Very early on we started running the troupe like a band, with regular rehearsals twice a week, three times if we were working in new material and getting ready for a tour. It evolved to where we had a repertoire of a certain number of pieces that we did for the year and we mixed and matched for the various shows we had contracted. Some sets leaned toward the more educational, ethnic side and others were flat out belly dance designed for taverns, bars, rock 'n' roll. We rehearsed as a full group, musicians and dancers, because when the dancers weren't dancing they were part of the band, and eventually, the musicians danced too. About the middle of our 10 year active run, we added singing. John Zeretzke's incredible ability to play several instruments really added to our ability to explore different music from a wider variety of countries. Some of the experiments were more popular than others, some dances were favorites of the group and some that were audience winners were loosers in our minds. We had a whole set of troupe language and set phrases that meant nothing to anyone but us...I guess you could say we were tribal, but the intention to be a "tribal dance troupe" was never conscious. It just evolved. Below are some rehearsal pictures. However, the first one is called 'The boys in the hall". It is a companion piece to "The girls in the hall". Both were taken at the Western Washington State Fair in Puyallup. We played there 2 years in a row, parking our bus at the back with the other carnival caravans, which we thought was wonderful. One evening after the show we came back to the bus to find the aisle occupied by a life sized wooden cut out cow. Randy the Roadie just couldn't resist.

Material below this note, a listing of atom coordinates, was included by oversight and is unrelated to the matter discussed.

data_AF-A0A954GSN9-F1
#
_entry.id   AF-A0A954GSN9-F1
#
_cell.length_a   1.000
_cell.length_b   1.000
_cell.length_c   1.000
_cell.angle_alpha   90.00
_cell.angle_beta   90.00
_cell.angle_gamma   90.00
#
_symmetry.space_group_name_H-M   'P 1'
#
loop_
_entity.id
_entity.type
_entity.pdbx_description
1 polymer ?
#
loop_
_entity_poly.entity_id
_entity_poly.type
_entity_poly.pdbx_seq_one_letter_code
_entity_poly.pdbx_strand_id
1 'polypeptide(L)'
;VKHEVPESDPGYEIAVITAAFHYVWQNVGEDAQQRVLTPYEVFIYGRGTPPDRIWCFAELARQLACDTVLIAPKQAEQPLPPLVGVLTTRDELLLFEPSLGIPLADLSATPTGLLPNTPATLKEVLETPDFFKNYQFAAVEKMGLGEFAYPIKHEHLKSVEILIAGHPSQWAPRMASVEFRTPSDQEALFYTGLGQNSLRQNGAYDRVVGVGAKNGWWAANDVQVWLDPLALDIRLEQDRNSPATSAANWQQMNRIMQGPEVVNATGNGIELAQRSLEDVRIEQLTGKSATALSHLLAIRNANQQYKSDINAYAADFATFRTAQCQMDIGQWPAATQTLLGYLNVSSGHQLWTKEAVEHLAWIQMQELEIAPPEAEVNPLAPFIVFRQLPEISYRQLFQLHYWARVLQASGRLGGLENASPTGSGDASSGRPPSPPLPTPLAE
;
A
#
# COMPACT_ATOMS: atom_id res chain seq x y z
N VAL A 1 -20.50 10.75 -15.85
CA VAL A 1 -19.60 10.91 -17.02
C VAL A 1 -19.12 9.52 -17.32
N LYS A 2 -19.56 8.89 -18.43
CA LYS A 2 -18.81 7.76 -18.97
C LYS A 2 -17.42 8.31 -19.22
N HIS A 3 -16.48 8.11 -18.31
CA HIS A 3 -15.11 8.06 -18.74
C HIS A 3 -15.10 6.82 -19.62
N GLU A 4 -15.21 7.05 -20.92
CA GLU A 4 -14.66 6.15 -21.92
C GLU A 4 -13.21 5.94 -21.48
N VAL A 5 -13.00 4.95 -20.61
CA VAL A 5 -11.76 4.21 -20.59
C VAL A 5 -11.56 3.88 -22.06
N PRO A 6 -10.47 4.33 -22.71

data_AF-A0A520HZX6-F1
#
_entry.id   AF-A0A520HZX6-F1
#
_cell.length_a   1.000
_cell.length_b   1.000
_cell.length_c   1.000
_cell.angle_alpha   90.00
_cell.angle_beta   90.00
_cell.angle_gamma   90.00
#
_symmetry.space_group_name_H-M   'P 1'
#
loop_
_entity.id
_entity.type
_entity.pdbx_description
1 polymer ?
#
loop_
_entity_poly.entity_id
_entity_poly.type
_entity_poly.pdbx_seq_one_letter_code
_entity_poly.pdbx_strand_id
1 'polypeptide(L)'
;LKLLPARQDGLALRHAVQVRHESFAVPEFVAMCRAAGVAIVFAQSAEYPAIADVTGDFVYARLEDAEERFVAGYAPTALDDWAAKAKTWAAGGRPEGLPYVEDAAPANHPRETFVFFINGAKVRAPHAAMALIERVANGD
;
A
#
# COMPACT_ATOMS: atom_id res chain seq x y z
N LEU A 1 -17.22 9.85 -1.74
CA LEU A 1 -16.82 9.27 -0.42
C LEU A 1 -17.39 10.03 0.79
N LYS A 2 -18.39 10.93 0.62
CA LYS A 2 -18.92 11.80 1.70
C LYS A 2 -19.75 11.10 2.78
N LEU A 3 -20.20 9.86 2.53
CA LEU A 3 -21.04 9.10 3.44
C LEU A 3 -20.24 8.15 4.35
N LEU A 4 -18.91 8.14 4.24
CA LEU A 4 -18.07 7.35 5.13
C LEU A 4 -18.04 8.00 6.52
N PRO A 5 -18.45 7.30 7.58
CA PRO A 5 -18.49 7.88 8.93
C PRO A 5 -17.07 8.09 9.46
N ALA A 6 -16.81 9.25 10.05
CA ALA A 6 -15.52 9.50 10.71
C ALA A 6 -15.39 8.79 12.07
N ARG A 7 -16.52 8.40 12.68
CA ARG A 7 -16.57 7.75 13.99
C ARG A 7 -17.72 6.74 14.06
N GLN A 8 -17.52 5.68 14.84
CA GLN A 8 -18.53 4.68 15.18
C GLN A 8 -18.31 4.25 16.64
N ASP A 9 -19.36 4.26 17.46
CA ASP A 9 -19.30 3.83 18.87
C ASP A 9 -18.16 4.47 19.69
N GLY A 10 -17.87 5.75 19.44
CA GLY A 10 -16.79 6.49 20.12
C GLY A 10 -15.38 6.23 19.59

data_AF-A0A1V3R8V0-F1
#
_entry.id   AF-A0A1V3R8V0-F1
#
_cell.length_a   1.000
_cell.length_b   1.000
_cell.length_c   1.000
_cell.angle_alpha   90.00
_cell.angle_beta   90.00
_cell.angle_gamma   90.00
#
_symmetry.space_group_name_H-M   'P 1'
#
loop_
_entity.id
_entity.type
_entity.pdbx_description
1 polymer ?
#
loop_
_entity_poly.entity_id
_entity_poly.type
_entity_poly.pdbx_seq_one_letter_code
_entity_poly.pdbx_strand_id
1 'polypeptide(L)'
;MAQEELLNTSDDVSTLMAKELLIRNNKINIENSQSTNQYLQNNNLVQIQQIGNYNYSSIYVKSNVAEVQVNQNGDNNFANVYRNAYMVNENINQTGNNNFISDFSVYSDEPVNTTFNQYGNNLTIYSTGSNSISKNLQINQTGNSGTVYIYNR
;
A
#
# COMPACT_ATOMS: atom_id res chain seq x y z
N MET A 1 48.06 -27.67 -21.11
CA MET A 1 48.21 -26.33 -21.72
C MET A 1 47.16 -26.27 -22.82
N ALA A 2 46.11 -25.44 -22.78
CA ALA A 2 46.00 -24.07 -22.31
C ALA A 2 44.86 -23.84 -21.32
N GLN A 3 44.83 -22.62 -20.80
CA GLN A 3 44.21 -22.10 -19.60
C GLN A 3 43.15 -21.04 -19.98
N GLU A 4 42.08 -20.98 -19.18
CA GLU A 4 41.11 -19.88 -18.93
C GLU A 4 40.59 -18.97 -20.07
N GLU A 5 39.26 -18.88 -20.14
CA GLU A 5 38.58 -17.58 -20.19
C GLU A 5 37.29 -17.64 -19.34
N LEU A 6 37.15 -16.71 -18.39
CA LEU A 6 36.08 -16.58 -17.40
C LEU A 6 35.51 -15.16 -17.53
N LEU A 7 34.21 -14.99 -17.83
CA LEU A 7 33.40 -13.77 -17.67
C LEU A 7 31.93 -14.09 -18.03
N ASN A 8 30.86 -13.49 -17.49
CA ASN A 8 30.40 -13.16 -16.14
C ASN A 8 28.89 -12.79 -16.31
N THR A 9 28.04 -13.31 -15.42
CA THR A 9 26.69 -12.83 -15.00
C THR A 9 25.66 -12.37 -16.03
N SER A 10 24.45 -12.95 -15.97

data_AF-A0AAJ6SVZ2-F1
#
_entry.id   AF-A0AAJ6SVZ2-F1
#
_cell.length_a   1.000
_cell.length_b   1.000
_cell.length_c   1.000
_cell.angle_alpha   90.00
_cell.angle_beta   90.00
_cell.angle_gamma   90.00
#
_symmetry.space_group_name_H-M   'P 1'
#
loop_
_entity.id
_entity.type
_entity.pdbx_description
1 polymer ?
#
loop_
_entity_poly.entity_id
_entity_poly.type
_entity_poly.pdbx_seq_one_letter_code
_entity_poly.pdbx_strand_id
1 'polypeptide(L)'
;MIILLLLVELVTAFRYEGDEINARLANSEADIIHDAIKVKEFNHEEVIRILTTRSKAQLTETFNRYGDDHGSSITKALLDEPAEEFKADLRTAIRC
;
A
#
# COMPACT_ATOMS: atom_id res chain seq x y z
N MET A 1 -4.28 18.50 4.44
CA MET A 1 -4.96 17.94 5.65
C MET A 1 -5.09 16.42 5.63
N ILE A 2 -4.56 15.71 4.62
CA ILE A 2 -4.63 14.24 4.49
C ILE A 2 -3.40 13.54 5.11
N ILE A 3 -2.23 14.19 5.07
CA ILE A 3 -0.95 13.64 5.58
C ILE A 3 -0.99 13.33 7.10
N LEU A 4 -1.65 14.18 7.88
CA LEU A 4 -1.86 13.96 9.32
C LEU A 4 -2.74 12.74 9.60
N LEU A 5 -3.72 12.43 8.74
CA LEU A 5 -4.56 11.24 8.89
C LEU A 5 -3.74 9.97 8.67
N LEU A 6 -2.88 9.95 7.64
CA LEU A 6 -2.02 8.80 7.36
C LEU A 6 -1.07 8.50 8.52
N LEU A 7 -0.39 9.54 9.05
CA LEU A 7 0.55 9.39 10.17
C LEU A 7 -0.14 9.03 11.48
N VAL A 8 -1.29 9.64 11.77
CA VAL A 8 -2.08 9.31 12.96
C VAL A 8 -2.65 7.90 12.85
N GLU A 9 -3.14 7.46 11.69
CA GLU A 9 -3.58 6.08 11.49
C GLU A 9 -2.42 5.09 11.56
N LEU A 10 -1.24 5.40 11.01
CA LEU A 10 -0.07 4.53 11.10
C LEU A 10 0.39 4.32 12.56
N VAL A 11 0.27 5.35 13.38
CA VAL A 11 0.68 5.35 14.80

This last one is Marj at the Fair with her new sword!

Tuesday, November 27, 2012

Screwing around, on stage, off stage, back stage, on the bus, in general.
Girls in the hall, Puyallup Fair, early 80's

Janet and Lani on the bus

Outdoor show? On one of the islands? Help?
The Ladies

On the street, Eugene, OR

Pt. Roberts
Setting up in 105 degrees, Banning, CA

The Bousaadettes with the Atlantics, political rally, Maple Ridge, B.C. Canada